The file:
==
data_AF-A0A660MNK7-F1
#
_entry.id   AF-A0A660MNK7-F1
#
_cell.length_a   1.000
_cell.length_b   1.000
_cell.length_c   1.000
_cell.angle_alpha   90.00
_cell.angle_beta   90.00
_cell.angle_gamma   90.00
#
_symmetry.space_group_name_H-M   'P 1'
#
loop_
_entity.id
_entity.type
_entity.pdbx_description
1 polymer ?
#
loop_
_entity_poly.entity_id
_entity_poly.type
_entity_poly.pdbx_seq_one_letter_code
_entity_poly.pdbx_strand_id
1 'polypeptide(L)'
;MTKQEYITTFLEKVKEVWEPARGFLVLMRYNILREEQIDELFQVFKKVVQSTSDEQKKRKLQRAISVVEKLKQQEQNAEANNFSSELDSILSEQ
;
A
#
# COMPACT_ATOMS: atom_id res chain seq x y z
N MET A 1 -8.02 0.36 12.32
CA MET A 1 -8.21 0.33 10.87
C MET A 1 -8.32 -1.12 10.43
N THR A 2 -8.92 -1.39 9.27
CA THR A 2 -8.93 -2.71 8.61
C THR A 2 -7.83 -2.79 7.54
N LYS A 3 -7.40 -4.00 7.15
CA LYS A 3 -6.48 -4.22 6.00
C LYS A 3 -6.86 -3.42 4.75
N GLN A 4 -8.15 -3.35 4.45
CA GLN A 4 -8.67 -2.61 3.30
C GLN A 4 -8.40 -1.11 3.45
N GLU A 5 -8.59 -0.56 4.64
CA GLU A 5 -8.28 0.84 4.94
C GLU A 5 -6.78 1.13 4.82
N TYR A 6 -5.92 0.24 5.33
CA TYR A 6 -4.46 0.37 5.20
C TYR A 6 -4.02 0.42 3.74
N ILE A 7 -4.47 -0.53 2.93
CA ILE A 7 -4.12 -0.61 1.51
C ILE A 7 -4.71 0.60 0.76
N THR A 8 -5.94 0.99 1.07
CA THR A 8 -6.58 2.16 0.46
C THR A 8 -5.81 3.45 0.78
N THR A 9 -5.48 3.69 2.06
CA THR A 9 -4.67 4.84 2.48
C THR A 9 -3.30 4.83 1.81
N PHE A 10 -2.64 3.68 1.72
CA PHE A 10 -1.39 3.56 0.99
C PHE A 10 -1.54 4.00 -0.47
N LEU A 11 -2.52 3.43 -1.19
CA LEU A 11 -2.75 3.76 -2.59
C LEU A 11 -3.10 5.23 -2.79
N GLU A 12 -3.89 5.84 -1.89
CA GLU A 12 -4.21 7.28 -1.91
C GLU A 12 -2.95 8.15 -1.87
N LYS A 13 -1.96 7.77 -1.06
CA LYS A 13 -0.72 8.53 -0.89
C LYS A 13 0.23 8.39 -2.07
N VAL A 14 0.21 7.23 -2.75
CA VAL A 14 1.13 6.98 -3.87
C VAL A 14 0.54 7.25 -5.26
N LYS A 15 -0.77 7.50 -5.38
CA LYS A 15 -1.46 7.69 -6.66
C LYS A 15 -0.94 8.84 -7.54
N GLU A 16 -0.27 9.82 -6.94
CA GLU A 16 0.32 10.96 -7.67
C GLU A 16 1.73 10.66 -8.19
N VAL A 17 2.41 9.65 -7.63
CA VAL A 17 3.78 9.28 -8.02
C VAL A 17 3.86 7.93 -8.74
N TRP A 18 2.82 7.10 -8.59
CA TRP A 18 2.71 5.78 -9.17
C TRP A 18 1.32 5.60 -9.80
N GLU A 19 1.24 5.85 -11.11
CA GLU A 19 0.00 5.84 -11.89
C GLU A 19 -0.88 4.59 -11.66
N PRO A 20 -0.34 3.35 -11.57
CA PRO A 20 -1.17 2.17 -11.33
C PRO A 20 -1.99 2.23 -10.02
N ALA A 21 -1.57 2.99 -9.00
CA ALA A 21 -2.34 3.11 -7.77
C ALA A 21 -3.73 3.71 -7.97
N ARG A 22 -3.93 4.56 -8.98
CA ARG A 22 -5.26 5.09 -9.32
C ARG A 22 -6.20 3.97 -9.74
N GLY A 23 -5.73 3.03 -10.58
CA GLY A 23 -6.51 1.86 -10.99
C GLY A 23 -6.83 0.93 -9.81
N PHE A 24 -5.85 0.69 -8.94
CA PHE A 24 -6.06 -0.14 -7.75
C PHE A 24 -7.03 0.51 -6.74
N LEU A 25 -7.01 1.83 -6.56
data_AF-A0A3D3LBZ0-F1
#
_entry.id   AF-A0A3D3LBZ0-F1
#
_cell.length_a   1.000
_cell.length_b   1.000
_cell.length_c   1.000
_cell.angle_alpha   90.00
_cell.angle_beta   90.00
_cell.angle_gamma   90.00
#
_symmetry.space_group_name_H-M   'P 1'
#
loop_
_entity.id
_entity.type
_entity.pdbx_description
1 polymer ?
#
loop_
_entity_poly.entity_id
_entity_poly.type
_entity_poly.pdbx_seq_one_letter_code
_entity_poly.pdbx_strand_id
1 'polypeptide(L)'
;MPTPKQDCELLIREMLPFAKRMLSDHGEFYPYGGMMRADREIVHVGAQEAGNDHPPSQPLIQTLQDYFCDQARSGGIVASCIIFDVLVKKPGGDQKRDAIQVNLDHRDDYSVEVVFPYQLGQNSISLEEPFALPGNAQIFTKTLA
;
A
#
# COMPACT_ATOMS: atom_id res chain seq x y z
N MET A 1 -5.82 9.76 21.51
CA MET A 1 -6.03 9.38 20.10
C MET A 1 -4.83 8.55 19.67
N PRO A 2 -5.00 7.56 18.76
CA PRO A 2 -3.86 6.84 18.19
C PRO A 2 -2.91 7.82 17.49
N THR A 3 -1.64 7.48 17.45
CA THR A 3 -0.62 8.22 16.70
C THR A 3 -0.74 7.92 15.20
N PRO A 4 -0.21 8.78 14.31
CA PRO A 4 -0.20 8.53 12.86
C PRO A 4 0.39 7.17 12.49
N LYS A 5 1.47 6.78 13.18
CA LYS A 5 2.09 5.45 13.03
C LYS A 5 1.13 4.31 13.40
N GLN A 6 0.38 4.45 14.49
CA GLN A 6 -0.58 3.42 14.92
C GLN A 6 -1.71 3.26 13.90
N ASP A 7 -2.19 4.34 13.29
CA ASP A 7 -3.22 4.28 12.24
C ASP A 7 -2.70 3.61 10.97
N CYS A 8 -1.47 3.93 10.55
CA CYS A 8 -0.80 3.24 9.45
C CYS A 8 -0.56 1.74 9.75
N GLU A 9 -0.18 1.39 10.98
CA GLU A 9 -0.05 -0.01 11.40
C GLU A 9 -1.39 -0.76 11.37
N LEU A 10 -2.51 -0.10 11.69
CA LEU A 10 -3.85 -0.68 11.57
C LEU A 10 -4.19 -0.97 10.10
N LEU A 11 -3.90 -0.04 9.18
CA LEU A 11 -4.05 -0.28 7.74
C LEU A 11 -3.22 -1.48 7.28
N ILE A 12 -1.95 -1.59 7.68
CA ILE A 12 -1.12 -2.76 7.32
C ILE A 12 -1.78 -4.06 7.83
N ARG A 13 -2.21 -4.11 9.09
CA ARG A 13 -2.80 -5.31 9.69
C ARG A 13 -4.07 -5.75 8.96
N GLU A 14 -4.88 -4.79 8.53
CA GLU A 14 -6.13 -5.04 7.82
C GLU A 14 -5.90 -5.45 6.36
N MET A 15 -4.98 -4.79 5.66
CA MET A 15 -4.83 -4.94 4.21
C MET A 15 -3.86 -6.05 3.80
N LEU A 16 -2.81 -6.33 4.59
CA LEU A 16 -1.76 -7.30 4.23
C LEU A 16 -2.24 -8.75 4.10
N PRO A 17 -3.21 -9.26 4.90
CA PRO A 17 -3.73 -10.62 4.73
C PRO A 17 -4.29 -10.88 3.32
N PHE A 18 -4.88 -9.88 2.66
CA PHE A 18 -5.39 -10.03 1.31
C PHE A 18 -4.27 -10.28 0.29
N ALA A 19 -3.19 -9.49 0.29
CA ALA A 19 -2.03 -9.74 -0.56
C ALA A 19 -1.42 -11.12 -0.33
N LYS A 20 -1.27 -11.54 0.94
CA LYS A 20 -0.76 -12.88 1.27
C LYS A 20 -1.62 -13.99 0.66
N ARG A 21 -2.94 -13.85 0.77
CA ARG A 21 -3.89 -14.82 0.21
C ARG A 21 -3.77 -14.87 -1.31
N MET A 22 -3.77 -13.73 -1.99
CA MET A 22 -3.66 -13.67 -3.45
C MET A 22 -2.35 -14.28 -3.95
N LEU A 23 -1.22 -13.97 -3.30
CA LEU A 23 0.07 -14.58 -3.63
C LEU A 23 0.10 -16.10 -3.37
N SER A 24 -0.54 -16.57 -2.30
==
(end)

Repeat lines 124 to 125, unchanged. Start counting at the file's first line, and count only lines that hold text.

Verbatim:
_entity_poly.entity_id
_entity_poly.type